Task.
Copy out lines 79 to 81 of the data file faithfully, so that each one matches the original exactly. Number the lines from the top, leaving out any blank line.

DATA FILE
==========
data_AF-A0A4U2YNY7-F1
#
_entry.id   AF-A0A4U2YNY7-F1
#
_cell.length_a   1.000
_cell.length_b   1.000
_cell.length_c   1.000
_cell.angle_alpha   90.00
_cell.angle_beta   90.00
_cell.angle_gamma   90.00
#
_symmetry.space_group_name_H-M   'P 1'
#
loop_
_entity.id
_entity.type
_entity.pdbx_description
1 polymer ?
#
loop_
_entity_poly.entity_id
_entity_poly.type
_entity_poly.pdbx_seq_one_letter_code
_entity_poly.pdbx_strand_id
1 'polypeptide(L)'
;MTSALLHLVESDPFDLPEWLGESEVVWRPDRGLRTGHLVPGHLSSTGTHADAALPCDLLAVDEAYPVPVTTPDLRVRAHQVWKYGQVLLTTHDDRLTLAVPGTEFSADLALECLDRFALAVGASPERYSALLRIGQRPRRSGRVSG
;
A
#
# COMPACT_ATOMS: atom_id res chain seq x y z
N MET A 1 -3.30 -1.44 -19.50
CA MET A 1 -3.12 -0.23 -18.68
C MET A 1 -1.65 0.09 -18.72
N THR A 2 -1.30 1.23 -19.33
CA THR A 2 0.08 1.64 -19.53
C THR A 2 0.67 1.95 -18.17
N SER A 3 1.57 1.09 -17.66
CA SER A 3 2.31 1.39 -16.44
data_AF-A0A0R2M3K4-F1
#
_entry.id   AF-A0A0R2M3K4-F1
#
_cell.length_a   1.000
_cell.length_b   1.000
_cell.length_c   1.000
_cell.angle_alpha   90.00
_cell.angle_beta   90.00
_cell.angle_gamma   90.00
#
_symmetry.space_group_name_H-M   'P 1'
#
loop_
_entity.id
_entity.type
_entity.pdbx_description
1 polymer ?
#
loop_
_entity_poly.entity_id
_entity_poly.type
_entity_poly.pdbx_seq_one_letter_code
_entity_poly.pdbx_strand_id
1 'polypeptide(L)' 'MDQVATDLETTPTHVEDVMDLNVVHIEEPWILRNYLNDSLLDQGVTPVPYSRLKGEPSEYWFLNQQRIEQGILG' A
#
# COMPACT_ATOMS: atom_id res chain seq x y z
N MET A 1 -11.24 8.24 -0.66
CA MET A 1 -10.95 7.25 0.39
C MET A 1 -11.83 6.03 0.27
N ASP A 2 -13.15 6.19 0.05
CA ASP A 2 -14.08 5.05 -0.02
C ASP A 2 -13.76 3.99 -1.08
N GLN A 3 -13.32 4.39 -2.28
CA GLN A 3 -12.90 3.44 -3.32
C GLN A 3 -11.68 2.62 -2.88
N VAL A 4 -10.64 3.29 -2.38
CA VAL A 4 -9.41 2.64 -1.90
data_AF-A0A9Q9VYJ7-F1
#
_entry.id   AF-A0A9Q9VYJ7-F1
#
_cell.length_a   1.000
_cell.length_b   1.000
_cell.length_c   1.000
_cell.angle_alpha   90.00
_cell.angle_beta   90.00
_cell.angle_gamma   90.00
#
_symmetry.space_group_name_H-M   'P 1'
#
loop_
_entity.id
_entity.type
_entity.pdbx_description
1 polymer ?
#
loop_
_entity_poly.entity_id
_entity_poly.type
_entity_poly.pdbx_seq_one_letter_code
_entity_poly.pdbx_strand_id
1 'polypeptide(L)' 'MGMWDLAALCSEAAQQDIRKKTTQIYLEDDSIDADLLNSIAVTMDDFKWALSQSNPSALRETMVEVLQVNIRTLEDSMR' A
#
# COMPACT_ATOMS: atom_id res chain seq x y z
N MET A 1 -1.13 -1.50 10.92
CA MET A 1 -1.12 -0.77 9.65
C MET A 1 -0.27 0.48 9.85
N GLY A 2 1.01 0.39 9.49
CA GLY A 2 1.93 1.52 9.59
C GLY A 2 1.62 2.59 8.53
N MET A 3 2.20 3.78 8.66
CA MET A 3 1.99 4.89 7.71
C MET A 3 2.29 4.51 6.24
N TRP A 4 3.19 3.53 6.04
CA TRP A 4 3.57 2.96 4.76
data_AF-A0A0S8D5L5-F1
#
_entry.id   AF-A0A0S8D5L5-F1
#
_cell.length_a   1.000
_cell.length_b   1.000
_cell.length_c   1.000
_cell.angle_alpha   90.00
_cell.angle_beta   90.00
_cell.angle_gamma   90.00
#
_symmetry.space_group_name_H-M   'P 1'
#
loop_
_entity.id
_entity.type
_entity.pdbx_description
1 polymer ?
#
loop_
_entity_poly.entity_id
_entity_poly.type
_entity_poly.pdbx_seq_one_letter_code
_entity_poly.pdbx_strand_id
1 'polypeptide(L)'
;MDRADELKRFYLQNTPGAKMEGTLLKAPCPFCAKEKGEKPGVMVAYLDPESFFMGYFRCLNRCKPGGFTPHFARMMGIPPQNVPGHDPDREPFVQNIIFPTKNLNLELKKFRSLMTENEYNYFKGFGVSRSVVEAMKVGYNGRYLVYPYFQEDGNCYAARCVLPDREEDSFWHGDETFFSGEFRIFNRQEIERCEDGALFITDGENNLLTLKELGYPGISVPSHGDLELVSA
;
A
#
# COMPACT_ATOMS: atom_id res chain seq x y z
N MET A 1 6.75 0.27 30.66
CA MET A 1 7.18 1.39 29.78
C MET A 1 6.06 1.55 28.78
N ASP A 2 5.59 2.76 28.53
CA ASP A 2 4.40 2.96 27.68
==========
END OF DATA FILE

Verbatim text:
_entry.id   AF-A0A9Q9VYJ7-F1
#
_cell.length_a   1.000